Magha Shyam's DaVinci Technologies (formerly Sparcom), which took over the EduCalc mailing list, intends to make its first catalog mailing very soon. It's too bad that Jim Carter got cold feet and decided not to sell them the EduCalc name along with the inventory and other materials. It's difficult to generate a reputation from scratch. DaVinci may be accessed at on the web at present. It still looks like EduCalc's (and PPC/CHHU's) Richard Nelson will be going to work for Megha in the coming months. He is not looking forward to the move from California to Oregon, but it will keep Richard in the field with which he has been so familiar over the past quarter century.

HP Handheld Conference in Vancouver, Washington August 29-30

There is still a bit of activity in planning for the HP conference this August. Richard Nelson will be cranking up his organizing skills again to collect up enough speakers for a weekend of presentations. We're still holding out hope that the folks from Australia send at least one representative who will give us some hints (if not facts) on their future direction.

Former HP Corvallis Calculator Folks' Whereabouts

In the most recently-received issue of the British HPCC group's Datafile, chairman Wlodek Mier-Jedrzejowicz listed the current goings on of many of the former HP calculator people. To quote Wlodek:

  • "Jim Donnelly and Bill Wickes continue to work at Corvallis - Jim in the

    inkjet printer group and Bill in the notebook PC group....Dave Arnett is also

    working in Corvallis....Diana Byrne wanted to stay in Corvallis after the team

    was disbanded - she now works for the TI calculator group - they have agreed

    for her to work for them from Corvallis. Raan Young has set up his own

    company. Eric Vogel now works on handheld instruments.... I have not heard

    from Chris Bunsen nor Bruce Stephens recently....Dave Conklin and Dennis York

    are both working with Da Vinci."

  • A PPC CD-ROM Set in the Works

    About two months ago while in conversation with a friend about the capabilities of the HP 7470 HP-IL plotter (working with the HP41 calculator), a question came up as to whether the RS-232 version of this plotter would work on the HP-IL loop via the HP-IL/RS-232 converter. We thought that this subject probably had come up in the old PPC Journals from the early 1980's, but didn't know exactly which year or issue. I thought about bringing out my many ring binders of the issues and spending a few hours combing through them when an idea popped up: It would be useful if all the PPC Journal issues were available for reference on a CD ROM disk.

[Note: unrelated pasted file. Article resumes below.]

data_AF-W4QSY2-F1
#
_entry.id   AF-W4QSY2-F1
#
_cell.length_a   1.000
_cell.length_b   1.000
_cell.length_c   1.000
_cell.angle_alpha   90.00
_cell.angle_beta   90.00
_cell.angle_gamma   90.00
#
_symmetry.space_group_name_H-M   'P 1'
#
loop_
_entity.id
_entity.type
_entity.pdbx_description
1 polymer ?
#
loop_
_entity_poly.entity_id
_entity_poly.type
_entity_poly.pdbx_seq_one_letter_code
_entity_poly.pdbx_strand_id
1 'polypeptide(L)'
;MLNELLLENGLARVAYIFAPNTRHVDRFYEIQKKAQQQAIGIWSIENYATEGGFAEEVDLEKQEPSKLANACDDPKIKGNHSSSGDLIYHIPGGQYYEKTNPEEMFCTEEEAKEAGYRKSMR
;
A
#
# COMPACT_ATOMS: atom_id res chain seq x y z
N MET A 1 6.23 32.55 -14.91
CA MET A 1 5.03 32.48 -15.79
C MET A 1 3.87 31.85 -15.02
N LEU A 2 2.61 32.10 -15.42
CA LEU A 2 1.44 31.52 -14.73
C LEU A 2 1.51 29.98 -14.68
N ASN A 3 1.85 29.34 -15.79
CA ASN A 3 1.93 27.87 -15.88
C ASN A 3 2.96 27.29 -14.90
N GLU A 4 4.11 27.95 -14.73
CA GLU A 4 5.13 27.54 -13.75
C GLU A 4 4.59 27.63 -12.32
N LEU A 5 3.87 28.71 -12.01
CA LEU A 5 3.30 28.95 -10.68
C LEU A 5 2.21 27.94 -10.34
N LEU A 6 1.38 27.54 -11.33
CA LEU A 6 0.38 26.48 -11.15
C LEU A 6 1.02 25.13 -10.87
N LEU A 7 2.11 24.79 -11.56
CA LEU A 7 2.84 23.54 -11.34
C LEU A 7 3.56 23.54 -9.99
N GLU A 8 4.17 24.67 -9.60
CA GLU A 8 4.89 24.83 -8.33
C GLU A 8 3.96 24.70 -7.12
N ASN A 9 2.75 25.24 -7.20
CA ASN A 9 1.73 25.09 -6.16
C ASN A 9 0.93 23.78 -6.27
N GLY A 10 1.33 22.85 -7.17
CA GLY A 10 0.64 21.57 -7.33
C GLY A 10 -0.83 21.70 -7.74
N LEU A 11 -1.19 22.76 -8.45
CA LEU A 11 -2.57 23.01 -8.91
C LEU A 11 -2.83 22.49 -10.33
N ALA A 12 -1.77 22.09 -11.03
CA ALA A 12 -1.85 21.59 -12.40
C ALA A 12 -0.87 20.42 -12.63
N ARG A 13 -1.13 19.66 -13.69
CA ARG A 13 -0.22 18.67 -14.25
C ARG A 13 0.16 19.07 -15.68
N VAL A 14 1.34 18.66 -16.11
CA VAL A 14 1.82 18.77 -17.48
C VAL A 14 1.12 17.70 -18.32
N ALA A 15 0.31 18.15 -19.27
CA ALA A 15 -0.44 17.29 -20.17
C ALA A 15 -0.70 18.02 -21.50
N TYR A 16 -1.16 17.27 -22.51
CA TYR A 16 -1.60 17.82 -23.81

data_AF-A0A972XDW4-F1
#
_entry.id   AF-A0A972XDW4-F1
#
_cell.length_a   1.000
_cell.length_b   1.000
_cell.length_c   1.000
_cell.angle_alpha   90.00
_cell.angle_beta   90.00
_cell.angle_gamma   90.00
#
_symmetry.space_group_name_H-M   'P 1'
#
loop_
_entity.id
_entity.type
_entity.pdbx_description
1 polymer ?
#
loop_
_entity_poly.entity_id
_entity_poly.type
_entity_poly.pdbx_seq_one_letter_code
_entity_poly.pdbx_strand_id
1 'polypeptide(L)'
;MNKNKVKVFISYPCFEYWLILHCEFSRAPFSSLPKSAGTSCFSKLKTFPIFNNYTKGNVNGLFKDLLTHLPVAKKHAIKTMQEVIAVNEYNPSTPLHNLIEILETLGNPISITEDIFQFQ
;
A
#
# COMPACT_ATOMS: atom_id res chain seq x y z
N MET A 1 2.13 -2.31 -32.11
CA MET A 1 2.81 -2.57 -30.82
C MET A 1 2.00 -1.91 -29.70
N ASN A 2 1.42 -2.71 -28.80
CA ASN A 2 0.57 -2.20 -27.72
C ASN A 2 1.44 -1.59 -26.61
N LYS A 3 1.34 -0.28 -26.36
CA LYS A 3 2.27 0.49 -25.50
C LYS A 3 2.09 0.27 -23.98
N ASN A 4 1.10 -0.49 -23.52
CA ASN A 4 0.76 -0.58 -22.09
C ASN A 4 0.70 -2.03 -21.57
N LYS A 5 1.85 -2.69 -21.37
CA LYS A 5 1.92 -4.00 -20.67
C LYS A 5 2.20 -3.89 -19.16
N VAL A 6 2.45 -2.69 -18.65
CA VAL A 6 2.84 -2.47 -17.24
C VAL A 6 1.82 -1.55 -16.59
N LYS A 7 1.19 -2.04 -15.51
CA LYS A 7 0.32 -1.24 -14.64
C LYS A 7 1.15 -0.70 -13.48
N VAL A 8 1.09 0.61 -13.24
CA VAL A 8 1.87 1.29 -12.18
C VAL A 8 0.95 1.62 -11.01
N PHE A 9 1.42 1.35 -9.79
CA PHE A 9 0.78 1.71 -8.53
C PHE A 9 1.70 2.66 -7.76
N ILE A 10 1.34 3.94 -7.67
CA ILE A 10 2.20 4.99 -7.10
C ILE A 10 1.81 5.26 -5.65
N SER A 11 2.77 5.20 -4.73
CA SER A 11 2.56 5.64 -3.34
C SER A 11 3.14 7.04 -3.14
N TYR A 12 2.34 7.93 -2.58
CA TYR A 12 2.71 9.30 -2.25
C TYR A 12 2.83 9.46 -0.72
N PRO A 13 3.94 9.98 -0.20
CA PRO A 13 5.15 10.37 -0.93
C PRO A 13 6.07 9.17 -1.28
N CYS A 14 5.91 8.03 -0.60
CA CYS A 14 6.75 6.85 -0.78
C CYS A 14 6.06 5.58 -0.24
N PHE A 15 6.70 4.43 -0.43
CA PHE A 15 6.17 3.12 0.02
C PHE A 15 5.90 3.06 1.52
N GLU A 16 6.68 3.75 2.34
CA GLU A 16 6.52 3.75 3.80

So, over the past ten weeks or so I have been preparing a two-CD set of information for reference of older HP calculators. The hope is to have this set ready in time for the August conference. Right now it looks like disk one will contain the majority of the issues of the PPC Calculator Journal while disk two will contain the remaining Calculator Journal issues, the PPC Computer Journal, CHHU Chronicle, HPX Exchange issues plus the HP Key Notes issues and the relevant HP Journal articles. As of this moment a bit over 2600 pages have been scanned into Adobe Acrobat .pdf format for the first disk and the goal is to complete the job by the end of July. I will demonstrate early versions of the disks at our meetings for those interested.

    Design The Next HP Calculator

    Back last September, HP sales representative Harry Sauer from the Netherlands suggested at the London conference that the user groups compete to suggest the design of the next top-of-the-line calculator. He promised that the design deemed the best would win a prize for the submitting group. Well, from recent reports, there haven't been any submissions yet. If you would like to participate in the Philly group's submission, please contact me and we'll add your suggestions to the ones I already have. The deadline for submissions is the end of this June.

    Next Month's Article Previous Article Back to PAHHC Page